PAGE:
An air conditioning condensate drain and float switch sit atop a drain pan. If the drain pan fills with water, it means the drain is clogged.
Check the Condensate Drain Outside the Home
The first step to maintaining your condensate drain is to look for where the drain exits the home. During hot weather along the humid Gulf Coast and when your air conditioner is running, that drain should be dripping. This is evidence that it is removing humidity from the air.
When the air conditioner is not running, that drain should not drip.
If your drain is not dripping when your air conditioner is running, you might have a clogged drain.
If you can’t find a drain exiting your home, your condensate drain could be tied into your plumbing system. More on this later in the article.
How to Keep Your Condensate Drain Clear
Inspect and maintain your HVAC condensate drain next to your indoor evaporator coil by pouring a half-cup of vinegar, not bleach, in the condensate drain once each quarter.
In many homes in our area, the top of the drain is located in the attic. Sometimes it will be in a closet in a hallway.
If you can only remember to do it once or twice a year, it will be better than never doing it.
If this type of maintenance isn’t your cup of tea, ask your HVAC contractor if condensate drain maintenance is part of the regular maintenance plan they offer.
Install a Float Switch
If you don’t have a float switch or ceiling saver switch already, have one installed. These handy switches turn off your air conditioner in the event that your drain clogs and your drain pan fills up.
Your HVAC contractor will be happy to show you where the drain is located, how to maintain it, and if you might benefit from a drain pan float switch.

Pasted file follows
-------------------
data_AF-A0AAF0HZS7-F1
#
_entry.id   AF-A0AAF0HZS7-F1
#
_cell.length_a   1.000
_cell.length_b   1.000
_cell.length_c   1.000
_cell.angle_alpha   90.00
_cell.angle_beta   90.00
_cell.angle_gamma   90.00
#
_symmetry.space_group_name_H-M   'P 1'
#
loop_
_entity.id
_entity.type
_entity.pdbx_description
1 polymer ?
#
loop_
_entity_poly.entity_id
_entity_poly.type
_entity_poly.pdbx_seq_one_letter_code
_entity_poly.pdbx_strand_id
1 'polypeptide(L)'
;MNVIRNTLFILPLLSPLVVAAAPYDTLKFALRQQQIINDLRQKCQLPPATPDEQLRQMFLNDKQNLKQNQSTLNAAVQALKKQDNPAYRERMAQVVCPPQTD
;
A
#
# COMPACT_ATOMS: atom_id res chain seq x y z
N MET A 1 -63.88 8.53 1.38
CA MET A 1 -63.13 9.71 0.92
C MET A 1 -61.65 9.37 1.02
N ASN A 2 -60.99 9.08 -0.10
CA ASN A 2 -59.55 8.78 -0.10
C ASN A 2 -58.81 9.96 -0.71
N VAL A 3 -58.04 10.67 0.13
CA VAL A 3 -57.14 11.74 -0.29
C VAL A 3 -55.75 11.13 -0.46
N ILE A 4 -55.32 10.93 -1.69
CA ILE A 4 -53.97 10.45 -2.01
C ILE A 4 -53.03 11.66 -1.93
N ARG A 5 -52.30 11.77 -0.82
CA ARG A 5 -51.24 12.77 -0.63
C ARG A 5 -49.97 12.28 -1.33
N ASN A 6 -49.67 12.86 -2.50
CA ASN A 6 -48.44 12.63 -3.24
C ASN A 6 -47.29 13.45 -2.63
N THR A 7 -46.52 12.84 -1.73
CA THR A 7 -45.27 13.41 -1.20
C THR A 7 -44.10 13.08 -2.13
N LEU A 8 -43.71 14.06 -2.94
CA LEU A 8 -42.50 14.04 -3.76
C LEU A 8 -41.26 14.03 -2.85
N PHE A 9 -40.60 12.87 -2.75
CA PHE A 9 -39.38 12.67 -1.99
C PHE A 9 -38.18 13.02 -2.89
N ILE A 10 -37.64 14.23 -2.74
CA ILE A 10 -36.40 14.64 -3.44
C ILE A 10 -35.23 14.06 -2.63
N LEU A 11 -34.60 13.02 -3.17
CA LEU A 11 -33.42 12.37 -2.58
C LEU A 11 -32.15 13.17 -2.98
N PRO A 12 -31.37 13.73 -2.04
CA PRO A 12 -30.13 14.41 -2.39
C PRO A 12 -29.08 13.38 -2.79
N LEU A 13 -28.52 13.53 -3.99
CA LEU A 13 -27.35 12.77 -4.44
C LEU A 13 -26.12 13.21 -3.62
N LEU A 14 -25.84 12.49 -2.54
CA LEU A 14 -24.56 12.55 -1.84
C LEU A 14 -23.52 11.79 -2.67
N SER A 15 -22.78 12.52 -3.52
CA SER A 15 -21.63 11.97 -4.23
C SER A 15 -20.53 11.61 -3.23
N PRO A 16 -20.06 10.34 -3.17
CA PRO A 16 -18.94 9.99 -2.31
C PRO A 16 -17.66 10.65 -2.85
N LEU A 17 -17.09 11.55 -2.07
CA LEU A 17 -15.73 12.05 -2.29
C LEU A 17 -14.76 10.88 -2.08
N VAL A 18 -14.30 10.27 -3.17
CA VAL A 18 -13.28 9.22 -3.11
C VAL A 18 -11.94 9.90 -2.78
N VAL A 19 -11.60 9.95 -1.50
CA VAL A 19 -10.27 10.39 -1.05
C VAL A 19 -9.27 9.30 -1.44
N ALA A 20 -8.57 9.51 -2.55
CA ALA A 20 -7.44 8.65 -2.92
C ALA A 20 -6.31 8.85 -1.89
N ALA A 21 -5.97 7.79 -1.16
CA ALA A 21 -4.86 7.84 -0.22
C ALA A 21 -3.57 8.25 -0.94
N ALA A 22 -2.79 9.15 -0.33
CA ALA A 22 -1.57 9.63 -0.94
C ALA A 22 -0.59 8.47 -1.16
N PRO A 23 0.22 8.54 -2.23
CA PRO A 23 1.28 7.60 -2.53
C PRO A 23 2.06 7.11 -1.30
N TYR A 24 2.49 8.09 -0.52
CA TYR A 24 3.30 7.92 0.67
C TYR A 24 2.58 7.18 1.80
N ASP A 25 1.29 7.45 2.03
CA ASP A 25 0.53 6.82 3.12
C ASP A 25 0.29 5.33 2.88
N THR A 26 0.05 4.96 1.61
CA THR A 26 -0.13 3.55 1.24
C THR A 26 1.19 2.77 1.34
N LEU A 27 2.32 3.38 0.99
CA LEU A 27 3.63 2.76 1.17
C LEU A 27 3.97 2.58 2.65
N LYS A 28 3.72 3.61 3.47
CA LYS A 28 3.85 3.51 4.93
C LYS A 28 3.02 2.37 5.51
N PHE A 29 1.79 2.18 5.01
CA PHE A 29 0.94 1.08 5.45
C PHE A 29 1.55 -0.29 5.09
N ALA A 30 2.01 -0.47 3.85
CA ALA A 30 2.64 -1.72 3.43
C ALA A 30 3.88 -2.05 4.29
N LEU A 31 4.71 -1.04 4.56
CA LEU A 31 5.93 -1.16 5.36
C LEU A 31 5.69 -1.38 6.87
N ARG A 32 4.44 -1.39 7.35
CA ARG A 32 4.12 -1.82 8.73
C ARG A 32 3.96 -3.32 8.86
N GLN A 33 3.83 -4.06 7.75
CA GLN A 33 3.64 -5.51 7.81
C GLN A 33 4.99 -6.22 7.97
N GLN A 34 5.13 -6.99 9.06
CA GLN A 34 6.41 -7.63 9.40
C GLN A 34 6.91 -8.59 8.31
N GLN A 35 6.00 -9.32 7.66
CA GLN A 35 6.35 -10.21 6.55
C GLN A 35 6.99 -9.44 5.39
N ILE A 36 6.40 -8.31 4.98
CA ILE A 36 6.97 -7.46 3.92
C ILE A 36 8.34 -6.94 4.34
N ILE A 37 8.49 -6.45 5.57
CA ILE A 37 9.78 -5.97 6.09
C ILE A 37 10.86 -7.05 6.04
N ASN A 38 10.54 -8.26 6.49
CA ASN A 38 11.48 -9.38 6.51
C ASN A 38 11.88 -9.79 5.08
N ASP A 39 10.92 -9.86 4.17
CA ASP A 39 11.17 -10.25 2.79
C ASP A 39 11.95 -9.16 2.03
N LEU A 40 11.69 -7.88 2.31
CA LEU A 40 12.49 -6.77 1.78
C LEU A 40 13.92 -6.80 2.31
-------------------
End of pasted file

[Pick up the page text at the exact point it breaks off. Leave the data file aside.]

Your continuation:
Depending on the municipal code in your area, newer HVAC systems require the installation of float switches, so you may already have one or two!
Check Your Air Conditioning Condensate Drain Pan
If you have water in your condensate drain pain, it usually means you have a clogged drain. You can try to fix it yourself or call a licensed HVAC technician for help.
If you look at your HVAC condensate drain pan and notice that it’s rusted through, that can make the problem worse. A float switch or ceiling saver switch won’t fix that.
Because humidity is such an issue in our area, we install rustproof drain pans in all of our new HVAC installations to avoid that issue. It makes drain pans last much longer.
How to Make a Clogged Condensate Drain Stop Leaking
If you observe water pouring from your ceiling and you suspect it is because you have a clogged condensate drain, the fastest way to make the water stop is to shut off the air conditioning system.
What If Your Condensate Drain Is Attached to Your Plumbing System?
In some homes, the HVAC condensate drain is independent and not connected to your home’s plumbing system. In other homes, the HVAC condensate drain may be plumbed into your home’s plumbing system. Typically, we see a condensate drain tied into an upstairs sink.
If this is the case you won’t be able to observe your condensate drain exiting the house and see if it is dripping or not. You will be able to observe the drain pain though.
If you have a very big clog in your condensate drain AND another clog in your plumbing system, it could cause a back-up in your plumbing system. This does not happen often, but it is possible, which is why it is so important to keep an eye on your plumbing system regularly.
Here’s a scenario we have observed on more than one occasion: A homeowner has an upstairs sink that isn’t used often and has begun to drain slowly. It’s not a priority to fix because no one uses it much. The homeowner may be unaware that their HVAC condensate drain is tied into this sink. They may have been unaware that a condensate drain needs maintenance, too.
When a sink and condensate drain both have clogs, it can create a perfect storm causing a messy situation requiring both a plumber and HVAC professional’s help. Maintenance pays.
Check Your Plumbing Regularly